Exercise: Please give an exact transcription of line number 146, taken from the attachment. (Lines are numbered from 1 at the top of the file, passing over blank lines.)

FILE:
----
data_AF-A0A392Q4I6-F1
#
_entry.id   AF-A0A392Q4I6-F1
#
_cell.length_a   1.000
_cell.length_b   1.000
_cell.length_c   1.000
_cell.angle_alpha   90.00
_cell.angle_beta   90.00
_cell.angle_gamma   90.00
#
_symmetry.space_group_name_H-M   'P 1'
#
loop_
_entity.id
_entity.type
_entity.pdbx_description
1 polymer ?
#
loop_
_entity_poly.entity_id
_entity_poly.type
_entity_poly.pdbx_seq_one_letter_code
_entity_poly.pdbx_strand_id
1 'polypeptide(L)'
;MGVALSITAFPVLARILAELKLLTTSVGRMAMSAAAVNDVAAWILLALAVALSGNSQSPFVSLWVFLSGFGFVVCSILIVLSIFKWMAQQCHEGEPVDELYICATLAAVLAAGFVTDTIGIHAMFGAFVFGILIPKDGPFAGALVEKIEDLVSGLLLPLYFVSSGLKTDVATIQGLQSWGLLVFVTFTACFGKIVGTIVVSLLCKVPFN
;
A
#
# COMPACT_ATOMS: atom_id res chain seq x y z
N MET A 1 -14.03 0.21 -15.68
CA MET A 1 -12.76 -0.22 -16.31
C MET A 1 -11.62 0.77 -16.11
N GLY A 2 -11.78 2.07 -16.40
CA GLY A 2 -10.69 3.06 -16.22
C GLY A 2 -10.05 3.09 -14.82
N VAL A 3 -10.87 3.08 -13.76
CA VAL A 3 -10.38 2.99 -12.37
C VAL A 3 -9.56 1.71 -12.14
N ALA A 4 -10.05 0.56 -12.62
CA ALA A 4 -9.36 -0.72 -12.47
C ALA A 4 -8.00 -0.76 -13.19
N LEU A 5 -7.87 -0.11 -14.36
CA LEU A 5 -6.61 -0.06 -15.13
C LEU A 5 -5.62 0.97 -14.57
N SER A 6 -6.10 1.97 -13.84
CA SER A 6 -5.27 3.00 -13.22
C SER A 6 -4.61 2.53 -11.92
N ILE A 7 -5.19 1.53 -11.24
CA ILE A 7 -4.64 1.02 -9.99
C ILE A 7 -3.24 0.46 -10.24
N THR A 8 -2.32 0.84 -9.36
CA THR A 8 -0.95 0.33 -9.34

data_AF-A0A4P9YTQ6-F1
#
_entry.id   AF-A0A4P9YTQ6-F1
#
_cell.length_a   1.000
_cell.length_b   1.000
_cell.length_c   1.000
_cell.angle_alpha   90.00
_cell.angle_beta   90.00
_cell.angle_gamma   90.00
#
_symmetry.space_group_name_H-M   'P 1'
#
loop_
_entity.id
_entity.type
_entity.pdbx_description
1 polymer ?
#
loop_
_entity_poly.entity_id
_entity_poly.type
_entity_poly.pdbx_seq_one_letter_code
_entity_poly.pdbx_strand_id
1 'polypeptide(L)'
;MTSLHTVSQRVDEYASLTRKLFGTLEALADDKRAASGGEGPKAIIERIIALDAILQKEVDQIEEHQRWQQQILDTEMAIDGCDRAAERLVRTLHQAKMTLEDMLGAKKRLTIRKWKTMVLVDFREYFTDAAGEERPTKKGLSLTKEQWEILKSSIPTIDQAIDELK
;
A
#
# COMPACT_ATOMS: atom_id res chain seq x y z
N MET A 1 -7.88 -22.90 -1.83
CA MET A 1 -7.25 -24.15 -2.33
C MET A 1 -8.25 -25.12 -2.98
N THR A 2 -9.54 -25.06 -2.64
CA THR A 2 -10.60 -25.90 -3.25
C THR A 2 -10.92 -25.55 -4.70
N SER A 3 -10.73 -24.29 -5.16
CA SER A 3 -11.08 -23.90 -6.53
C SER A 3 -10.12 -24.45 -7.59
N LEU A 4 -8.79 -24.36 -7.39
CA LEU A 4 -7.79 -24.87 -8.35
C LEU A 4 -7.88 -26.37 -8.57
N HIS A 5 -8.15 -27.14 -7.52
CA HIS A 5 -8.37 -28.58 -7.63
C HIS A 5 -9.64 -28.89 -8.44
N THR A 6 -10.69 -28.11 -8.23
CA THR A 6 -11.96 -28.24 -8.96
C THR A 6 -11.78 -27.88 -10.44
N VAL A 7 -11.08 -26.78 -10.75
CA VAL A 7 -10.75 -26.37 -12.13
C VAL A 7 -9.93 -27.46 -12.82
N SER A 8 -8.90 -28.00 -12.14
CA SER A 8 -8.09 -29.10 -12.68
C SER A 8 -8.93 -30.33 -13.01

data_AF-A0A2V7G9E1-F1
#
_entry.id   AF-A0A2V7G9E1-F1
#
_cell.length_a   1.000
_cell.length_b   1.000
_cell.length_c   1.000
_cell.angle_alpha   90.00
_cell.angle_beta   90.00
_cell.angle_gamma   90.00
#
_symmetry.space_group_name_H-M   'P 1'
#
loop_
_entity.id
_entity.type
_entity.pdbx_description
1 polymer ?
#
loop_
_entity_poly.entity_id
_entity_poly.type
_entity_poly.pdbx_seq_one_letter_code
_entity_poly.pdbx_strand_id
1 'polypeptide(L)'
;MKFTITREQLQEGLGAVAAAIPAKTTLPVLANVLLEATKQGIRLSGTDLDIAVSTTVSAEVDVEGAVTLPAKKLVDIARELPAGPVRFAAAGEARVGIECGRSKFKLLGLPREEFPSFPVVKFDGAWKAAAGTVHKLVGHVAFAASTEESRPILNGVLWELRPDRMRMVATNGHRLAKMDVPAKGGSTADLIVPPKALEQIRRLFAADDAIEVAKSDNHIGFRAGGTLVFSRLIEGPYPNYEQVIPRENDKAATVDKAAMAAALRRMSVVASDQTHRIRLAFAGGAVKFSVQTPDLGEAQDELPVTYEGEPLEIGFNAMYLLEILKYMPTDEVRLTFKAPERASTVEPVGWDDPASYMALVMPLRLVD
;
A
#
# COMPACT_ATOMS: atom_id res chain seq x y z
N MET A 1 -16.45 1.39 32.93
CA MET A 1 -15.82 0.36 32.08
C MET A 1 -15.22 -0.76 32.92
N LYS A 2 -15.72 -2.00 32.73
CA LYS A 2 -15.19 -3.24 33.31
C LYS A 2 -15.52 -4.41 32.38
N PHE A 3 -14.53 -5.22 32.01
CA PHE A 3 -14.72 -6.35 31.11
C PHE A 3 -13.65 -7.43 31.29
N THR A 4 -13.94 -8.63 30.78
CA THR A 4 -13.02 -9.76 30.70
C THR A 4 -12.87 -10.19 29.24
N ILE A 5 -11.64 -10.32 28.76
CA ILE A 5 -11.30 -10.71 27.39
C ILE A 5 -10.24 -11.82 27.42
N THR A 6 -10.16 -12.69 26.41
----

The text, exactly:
C PHE A 3 -13.65 -7.43 31.29